How Contractors Should Leverage Houzz

How Contractors Should Leverage Houzz

If you are a building contractor, remodeler, landscape architect, home improvement specialist or a similar type home design specialist or decorator, you probably know about Houzz.

Similar to Angie’s List but for more design-oriented professionals, Houzz is one of the first place consumers who are in the market for a kitchen, bath remodeler or contactor will go to vet a company vying for their business.

According to Houzz, more than 65+ million users come to their website monthly with the goal of shopping visually for projects they are planning.  And 88% of those are looking to hire a professional.

So if you are the type of contractor described above, setting your business up with a Houzz account is kind of a no-brainer.  When you sign up you get a free listing, it allows you to show off your work with photo galleries and basic information and the like.  A  premium Houzz account starts at $65 a month  with a lot of additional functionality such as proposal creation and even the ability to set up accounts for specific clients to view ideas, floor plans, etc.    My favorite part of the premium Houzz account, however, is the exclusion of competitive listings on your own listing so you get to display your wares without displaying competitor’s distractions on your own listing.   This is similar to the restaurant-oriented Yelp which features alternative restaurant suggestions right beside your own listing in the free version.  With the premium version you can eliminate those distractions so if you can afford to lay out the cash, I’d go for it.


So while having a Houzz listing (free or premium) makes sense for home improvement contractors, remodelers and the like, there are other ways to leverage your Houzz listing on your OWN website.  Houzz provide various widgets you can use to promote your affiliation and increase your credibility, such as this reviews widget:

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You can also add badges and and graphics that showcase the fact you are listed on these major review sites to give your home improvement business additional credibility:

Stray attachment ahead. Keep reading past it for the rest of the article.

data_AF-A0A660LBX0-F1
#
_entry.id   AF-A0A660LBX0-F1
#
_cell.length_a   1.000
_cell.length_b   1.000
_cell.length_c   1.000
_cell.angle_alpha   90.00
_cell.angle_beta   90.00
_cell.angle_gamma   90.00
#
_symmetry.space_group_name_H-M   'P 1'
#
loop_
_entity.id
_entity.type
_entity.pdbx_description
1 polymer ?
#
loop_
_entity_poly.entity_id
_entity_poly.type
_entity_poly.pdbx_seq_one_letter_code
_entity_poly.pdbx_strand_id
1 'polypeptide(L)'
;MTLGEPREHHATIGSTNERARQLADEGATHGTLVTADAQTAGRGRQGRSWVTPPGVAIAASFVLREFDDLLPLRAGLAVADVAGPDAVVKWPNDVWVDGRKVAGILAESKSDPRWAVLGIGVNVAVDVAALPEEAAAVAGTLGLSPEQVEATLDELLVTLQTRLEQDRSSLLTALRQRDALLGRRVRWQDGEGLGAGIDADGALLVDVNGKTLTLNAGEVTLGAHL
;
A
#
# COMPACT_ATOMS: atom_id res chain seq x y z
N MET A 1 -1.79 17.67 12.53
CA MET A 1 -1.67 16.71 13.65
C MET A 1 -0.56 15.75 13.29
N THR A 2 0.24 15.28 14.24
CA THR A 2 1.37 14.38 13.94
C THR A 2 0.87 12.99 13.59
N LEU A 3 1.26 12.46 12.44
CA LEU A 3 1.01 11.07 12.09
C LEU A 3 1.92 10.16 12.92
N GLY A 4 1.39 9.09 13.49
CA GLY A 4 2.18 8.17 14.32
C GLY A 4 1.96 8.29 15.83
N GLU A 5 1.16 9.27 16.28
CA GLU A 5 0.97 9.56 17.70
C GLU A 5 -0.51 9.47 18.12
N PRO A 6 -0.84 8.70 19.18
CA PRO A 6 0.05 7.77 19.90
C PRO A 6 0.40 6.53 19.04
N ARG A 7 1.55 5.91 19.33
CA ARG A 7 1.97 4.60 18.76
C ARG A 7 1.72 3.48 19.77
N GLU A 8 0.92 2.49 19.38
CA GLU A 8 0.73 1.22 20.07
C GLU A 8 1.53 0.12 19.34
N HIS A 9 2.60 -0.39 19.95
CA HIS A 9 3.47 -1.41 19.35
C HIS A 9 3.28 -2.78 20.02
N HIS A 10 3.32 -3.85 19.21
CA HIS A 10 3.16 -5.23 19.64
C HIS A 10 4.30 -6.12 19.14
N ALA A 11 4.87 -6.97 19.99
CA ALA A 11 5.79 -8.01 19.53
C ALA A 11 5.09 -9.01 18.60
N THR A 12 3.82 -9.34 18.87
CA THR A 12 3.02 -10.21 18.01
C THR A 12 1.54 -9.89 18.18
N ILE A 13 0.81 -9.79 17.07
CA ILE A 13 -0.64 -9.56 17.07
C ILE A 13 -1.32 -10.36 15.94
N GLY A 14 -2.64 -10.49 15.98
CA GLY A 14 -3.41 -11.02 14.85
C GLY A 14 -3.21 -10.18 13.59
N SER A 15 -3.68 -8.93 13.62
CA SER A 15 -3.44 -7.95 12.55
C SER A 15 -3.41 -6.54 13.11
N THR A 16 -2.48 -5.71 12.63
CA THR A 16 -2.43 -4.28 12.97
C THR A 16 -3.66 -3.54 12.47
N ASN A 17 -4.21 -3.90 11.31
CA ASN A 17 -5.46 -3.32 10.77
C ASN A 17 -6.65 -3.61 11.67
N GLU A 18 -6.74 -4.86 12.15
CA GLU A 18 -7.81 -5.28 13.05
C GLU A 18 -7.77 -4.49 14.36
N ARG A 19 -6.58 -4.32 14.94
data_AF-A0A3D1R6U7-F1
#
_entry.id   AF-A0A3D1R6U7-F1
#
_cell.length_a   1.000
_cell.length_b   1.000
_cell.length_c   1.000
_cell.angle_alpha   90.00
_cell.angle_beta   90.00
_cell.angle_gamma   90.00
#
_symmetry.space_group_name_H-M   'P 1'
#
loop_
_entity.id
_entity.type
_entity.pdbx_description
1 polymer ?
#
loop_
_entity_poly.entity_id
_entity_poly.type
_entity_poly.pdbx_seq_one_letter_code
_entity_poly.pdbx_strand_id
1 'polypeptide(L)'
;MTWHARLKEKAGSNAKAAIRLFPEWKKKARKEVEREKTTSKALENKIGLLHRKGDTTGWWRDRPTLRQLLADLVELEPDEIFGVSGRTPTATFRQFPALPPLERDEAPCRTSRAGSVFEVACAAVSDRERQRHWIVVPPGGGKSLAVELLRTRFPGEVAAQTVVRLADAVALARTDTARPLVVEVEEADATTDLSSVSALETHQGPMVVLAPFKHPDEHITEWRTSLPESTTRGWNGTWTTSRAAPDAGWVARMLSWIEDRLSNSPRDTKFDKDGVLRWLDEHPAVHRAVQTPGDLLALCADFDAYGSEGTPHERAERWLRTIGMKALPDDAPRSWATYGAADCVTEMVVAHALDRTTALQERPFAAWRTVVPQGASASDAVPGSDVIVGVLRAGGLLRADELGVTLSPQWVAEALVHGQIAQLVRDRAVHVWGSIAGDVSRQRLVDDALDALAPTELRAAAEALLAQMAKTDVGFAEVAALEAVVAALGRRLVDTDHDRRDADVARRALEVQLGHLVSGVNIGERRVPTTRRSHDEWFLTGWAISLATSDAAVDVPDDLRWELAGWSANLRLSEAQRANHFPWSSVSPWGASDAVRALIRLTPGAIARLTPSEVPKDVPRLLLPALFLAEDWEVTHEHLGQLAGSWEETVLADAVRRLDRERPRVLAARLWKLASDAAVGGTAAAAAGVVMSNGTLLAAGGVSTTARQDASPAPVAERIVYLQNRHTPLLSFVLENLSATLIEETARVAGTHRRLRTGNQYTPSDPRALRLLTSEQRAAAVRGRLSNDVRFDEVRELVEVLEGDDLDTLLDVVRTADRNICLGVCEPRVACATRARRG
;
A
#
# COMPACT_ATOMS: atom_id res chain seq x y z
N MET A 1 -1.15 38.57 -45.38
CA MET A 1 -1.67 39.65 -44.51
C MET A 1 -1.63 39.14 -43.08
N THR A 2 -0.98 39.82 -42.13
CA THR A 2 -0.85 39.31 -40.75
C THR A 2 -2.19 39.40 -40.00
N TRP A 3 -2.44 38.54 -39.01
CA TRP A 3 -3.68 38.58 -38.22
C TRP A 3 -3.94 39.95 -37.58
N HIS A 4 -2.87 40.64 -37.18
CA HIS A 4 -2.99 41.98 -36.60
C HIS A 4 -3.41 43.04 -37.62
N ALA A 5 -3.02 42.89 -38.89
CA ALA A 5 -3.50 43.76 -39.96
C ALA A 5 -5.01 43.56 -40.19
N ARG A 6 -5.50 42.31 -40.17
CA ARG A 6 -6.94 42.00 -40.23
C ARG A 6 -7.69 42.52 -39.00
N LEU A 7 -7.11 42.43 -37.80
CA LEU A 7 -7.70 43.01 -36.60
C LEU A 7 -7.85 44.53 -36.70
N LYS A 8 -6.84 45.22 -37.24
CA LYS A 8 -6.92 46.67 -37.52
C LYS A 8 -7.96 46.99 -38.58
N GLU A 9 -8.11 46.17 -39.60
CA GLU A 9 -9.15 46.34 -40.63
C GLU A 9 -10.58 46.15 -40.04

It’s sort of like to a Good Housekeeping seal that helps legitimize your business to consumers who may not know you and are unfamiliar with your work and reputation.  Now if you do shoddy work or want to avoid feedback from clients you may want to think twice since putting yourself out there on any social media is sticking your neck out a bit.  Because I won’t kid you — it’s not all sunshine and unicorns.  Difficult clients and even unscrupulous competitors may leave you bad reviews but with Houzz reviews you at least get to respond so that people looking at your business will see how you deal effectively with problems.  Because in ALL businesses, there’s ALWAYS someone who is hard to please.  But it’s how you DEAL with these problems that’s key, and responding to complaints with genuinely helpful and measured responses will go a long way to casting your business in a favorable light.

When evaluating reviews it’s a good rule of thumb to take the two worst and two best reviews with a grain of salt.  The truth will most likely reside in he middle!


And while a simple link from your website to your Houzz reviews may be sufficient, why not leverage your BEST reviews and put them directly on your website like we did here with high-end Tile retailer, Med Tile:

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And note that we added a “More Reviews” button at the bottom so readers can go directly to the Houzz review section and see all the reviews first-hand in the context of the full Houzz listing.


Because buyers put a lot of stock in reviews to judge a business it’s important to participate in the process.  Some contractors, remodelers etc think that if they don’t participate in sites like Houzz or other social media they will insulate themselves from criticism, unfair or otherwise.  WRONG:  People will find ways to post about your business whether you want them to or not using free directory sites, neighborhood Facebook groups, etc.  Having your own Houzz account or social media sites where people can post reviews allows you, the business owner, to be aware of problems and respond.  Learn from issues that inevitably arise and display contrition, post your side of the story and respond. The bright side, of course, is being able to bask in the glow of a job well done and then toot your own horn by amplifying any positive feedback by showcasing it on your own website, emails, social media and even print ads!  In short, the rewards far outweigh the risks.

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